Hola a tod@s, my dear friends:
Dr. Juan López Messa, Head of Intensive Care Unit at Complejo Asistencial Universitario de Palencia shares with us the following article published in Critical Care: Is There a Role for Music in the ICU?.
Could music reduce anxiety and sedation needs during mechanical ventilation?. The answer is YES.
This is a randomizen trial with 373 patiens of Minnesota Hospital ICUs between September 2006 and March of 2011.
The patients received self-initiated Patient-directed music (n =126) with preferred selections tailored by a music therapist, or self-initiated use of noise-canceling headphones (NCH; n = 122), or usual care (n = 125). Scales of anxiety were measured and also were registered the use of sedatives in terms of intensity and frequency.
Analysis of the results showed that patients who used music therapy had a score of 19.5 anxiety lower than patients in the usual care group.
The fifth day of study, anxiety felt 36.5% of these patients. It also showed a significant reduction in the use and dosage of sedatives in a 38%.
Here we have a very cheap measure, withouth adverse events and very easy to implement. And we are not alone.
Through this article I introduce you the friends of Música en Vena: an Spanish non-profit association that improves hospital stays of patients, families and healthcare providers from the culture and music in particular.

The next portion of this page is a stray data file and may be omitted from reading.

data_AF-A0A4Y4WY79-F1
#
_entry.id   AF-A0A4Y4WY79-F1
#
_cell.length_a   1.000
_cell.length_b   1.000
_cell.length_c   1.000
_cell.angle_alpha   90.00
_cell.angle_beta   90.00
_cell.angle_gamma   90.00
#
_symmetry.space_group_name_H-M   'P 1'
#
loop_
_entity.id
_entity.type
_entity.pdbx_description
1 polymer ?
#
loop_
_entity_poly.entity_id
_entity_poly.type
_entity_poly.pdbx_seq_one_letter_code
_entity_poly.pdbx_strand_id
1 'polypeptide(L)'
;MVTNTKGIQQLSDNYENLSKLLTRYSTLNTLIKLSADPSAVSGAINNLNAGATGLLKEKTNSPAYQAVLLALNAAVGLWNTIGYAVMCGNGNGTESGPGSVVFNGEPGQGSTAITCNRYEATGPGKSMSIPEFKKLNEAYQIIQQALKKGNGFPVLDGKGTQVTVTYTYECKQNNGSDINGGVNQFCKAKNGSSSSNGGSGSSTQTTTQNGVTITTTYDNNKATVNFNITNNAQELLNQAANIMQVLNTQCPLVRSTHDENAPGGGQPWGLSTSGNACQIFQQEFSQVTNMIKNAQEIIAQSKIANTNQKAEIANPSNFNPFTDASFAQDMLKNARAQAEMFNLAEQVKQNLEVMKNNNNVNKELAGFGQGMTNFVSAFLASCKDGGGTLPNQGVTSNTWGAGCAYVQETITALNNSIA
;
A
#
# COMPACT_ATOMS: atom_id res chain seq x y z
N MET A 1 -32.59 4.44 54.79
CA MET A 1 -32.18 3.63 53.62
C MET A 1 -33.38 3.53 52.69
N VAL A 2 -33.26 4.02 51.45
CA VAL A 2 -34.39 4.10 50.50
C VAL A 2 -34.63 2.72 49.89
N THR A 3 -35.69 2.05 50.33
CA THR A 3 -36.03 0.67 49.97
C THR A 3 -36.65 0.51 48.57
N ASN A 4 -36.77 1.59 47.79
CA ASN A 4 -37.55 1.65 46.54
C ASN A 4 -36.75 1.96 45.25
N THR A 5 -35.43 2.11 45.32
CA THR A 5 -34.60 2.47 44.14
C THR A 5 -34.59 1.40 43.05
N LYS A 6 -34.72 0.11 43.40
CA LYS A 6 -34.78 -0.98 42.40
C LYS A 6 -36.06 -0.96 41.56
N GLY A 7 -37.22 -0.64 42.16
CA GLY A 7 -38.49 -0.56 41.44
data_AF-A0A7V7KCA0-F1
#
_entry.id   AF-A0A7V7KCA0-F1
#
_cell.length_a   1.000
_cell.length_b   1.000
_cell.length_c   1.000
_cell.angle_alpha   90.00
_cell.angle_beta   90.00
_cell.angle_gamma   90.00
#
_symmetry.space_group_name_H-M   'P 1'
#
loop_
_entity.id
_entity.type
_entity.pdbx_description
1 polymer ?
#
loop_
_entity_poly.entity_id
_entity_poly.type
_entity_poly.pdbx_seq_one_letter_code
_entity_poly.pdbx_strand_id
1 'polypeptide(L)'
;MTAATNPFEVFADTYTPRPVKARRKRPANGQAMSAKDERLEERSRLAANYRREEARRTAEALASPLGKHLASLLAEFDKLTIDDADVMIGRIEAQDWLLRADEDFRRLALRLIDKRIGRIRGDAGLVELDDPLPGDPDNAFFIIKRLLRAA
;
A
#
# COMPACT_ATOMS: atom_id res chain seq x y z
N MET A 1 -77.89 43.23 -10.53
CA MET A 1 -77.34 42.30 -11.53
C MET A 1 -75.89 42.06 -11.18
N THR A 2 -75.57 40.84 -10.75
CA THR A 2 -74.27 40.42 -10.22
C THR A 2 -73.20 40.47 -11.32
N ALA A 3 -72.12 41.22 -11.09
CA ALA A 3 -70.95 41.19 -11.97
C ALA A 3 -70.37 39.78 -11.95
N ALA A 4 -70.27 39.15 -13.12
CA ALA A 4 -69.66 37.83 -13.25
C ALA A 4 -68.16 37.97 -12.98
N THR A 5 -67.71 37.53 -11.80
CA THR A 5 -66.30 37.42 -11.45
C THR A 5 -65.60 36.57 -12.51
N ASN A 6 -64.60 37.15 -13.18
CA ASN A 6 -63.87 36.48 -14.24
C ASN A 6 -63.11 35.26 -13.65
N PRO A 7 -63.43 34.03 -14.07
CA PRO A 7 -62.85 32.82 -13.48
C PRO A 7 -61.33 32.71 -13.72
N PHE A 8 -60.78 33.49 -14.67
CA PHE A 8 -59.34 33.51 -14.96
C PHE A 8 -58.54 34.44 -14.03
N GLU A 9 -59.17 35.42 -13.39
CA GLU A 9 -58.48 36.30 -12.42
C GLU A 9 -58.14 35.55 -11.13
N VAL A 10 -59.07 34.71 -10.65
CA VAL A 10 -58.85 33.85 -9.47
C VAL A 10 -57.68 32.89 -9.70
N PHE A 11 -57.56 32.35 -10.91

The project was aimed at cancer patients and with the music as the main tool, and today all users of hospitals enjoy it and they also used other cultural manifestations as a working cannel,
The Association has a primary mission to patients and families, but also seeks to encourage the creation of new circuits for the development of the musical activity of the performers, as well as other cultural events and live music.
Patients unable to attend concert halls, museums, etc. but we can reach hospitals. Música en Vena wants to be the hinge between the cultural pulse of the city and the hospitals, approaching music and culture in general these environments, from the smallest scale – music on demand in rooms – to the largest – shows in the wonderful acts of up to 400 seats – halls.
Do we raise the volume?
Who does not have a song that cures?